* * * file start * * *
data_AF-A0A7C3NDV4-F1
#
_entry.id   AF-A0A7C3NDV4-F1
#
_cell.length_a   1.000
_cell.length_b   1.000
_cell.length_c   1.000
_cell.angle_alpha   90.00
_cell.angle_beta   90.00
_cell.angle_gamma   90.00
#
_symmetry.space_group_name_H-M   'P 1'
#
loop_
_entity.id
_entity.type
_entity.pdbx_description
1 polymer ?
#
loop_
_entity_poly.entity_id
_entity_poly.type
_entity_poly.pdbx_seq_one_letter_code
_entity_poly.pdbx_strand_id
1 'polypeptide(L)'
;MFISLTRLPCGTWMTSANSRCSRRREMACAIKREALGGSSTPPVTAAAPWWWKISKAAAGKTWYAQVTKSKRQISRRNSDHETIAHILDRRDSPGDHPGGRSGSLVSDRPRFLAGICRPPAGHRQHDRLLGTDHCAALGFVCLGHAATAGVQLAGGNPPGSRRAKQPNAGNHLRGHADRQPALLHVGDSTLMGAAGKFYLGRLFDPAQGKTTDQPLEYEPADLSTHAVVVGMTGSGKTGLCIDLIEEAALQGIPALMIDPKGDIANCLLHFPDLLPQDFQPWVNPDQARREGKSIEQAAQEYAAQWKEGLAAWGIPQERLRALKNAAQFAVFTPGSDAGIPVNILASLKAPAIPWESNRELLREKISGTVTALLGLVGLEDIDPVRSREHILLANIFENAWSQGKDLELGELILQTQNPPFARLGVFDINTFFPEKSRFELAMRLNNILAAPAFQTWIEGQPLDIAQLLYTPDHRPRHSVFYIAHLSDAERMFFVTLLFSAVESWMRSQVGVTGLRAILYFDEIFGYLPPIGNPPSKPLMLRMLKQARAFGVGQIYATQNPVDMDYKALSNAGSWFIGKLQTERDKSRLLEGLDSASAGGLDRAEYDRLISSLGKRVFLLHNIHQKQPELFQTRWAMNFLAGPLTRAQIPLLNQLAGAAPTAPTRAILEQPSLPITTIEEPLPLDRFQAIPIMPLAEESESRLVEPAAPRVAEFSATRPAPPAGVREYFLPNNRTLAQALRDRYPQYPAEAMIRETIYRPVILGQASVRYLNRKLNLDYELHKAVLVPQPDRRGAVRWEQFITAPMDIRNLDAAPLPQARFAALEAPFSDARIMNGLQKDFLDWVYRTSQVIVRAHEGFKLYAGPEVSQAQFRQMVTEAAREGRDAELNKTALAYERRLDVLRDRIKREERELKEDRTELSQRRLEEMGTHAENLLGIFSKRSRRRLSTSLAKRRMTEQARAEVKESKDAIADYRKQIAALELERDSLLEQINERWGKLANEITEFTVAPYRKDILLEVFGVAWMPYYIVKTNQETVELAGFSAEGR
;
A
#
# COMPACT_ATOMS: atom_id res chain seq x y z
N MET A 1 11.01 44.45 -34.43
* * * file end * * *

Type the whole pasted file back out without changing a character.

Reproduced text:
data_AF-A0A7C3NDV4-F1
#
_entry.id   AF-A0A7C3NDV4-F1
#
_cell.length_a   1.000
_cell.length_b   1.000
_cell.length_c   1.000
_cell.angle_alpha   90.00
_cell.angle_beta   90.00
_cell.angle_gamma   90.00
#
_symmetry.space_group_name_H-M   'P 1'
#
loop_
_entity.id
_entity.type
_entity.pdbx_description
1 polymer ?
#
loop_
_entity_poly.entity_id
_entity_poly.type
_entity_poly.pdbx_seq_one_letter_code
_entity_poly.pdbx_strand_id
1 'polypeptide(L)'
;MFISLTRLPCGTWMTSANSRCSRRREMACAIKREALGGSSTPPVTAAAPWWWKISKAAAGKTWYAQVTKSKRQISRRNSDHETIAHILDRRDSPGDHPGGRSGSLVSDRPRFLAGICRPPAGHRQHDRLLGTDHCAALGFVCLGHAATAGVQLAGGNPPGSRRAKQPNAGNHLRGHADRQPALLHVGDSTLMGAAGKFYLGRLFDPAQGKTTDQPLEYEPADLSTHAVVVGMTGSGKTGLCIDLIEEAALQGIPALMIDPKGDIANCLLHFPDLLPQDFQPWVNPDQARREGKSIEQAAQEYAAQWKEGLAAWGIPQERLRALKNAAQFAVFTPGSDAGIPVNILASLKAPAIPWESNRELLREKISGTVTALLGLVGLEDIDPVRSREHILLANIFENAWSQGKDLELGELILQTQNPPFARLGVFDINTFFPEKSRFELAMRLNNILAAPAFQTWIEGQPLDIAQLLYTPDHRPRHSVFYIAHLSDAERMFFVTLLFSAVESWMRSQVGVTGLRAILYFDEIFGYLPPIGNPPSKPLMLRMLKQARAFGVGQIYATQNPVDMDYKALSNAGSWFIGKLQTERDKSRLLEGLDSASAGGLDRAEYDRLISSLGKRVFLLHNIHQKQPELFQTRWAMNFLAGPLTRAQIPLLNQLAGAAPTAPTRAILEQPSLPITTIEEPLPLDRFQAIPIMPLAEESESRLVEPAAPRVAEFSATRPAPPAGVREYFLPNNRTLAQALRDRYPQYPAEAMIRETIYRPVILGQASVRYLNRKLNLDYELHKAVLVPQPDRRGAVRWEQFITAPMDIRNLDAAPLPQARFAALEAPFSDARIMNGLQKDFLDWVYRTSQVIVRAHEGFKLYAGPEVSQAQFRQMVTEAAREGRDAELNKTALAYERRLDVLRDRIKREERELKEDRTELSQRRLEEMGTHAENLLGIFSKRSRRRLSTSLAKRRMTEQARAEVKESKDAIADYRKQIAALELERDSLLEQINERWGKLANEITEFTVAPYRKDILLEVFGVAWMPYYIVKTNQETVELAGFSAEGR
;
A
#
# COMPACT_ATOMS: atom_id res chain seq x y z
N MET A 1 11.01 44.45 -34.43